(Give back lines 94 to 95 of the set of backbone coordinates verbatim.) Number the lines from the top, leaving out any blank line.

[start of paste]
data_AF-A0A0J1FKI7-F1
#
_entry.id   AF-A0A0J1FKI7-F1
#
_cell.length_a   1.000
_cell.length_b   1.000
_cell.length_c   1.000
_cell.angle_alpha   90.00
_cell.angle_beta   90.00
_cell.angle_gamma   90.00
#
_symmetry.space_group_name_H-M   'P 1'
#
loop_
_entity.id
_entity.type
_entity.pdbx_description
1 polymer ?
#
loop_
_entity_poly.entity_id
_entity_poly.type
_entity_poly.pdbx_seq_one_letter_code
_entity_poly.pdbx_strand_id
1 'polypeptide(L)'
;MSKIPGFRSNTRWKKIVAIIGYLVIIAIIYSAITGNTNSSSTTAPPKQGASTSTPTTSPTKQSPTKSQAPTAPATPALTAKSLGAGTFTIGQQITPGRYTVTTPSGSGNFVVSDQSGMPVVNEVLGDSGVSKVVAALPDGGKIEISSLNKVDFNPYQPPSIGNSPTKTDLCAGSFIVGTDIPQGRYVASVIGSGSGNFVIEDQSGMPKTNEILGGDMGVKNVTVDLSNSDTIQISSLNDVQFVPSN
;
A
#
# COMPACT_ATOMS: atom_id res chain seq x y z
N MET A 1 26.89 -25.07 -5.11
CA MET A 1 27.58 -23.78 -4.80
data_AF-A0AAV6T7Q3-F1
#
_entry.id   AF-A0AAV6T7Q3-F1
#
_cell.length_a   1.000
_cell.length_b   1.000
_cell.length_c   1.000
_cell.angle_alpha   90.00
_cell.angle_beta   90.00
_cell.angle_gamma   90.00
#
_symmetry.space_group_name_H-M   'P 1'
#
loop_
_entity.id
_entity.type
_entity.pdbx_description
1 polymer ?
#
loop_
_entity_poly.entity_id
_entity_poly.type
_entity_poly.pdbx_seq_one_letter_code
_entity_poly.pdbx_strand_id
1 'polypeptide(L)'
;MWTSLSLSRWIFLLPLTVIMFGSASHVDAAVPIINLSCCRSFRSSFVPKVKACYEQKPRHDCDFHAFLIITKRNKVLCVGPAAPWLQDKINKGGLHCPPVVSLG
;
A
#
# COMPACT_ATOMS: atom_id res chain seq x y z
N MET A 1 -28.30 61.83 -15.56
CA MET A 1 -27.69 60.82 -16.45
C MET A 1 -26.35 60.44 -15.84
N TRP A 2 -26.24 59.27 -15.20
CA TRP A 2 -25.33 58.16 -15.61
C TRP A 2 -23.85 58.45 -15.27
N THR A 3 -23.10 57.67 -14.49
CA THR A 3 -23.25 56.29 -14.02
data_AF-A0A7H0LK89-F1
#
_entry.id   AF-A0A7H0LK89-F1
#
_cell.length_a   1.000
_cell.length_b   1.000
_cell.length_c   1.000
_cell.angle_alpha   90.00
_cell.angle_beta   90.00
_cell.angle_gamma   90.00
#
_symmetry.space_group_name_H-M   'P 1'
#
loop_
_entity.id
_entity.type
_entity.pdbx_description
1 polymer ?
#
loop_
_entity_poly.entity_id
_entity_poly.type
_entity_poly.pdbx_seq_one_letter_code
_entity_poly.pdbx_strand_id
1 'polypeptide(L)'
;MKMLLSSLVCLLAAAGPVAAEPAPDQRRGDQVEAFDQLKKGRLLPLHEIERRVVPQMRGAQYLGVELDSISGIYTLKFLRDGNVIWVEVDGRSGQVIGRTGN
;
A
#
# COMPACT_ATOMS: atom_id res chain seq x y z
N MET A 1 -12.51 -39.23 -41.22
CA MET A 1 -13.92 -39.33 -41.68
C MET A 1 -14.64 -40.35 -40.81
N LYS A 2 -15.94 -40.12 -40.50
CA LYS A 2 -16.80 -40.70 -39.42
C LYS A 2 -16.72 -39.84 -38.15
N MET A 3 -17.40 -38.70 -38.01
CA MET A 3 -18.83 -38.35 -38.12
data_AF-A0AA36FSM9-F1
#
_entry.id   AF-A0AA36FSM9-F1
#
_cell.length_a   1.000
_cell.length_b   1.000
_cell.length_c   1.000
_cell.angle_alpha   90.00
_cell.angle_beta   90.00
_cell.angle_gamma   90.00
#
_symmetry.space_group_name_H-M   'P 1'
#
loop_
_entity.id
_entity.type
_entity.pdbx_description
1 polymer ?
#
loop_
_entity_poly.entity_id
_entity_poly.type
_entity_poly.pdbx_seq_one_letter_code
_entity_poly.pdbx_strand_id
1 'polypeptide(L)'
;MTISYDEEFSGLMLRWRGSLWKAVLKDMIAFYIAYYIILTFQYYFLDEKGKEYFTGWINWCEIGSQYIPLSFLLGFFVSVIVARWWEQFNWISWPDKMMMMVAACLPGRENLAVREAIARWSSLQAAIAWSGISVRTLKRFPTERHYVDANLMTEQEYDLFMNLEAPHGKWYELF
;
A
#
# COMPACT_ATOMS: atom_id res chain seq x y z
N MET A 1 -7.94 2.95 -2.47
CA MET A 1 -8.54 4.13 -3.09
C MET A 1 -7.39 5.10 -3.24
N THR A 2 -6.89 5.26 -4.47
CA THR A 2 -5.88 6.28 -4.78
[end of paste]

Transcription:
_entity_poly.pdbx_strand_id
1 'polypeptide(L)'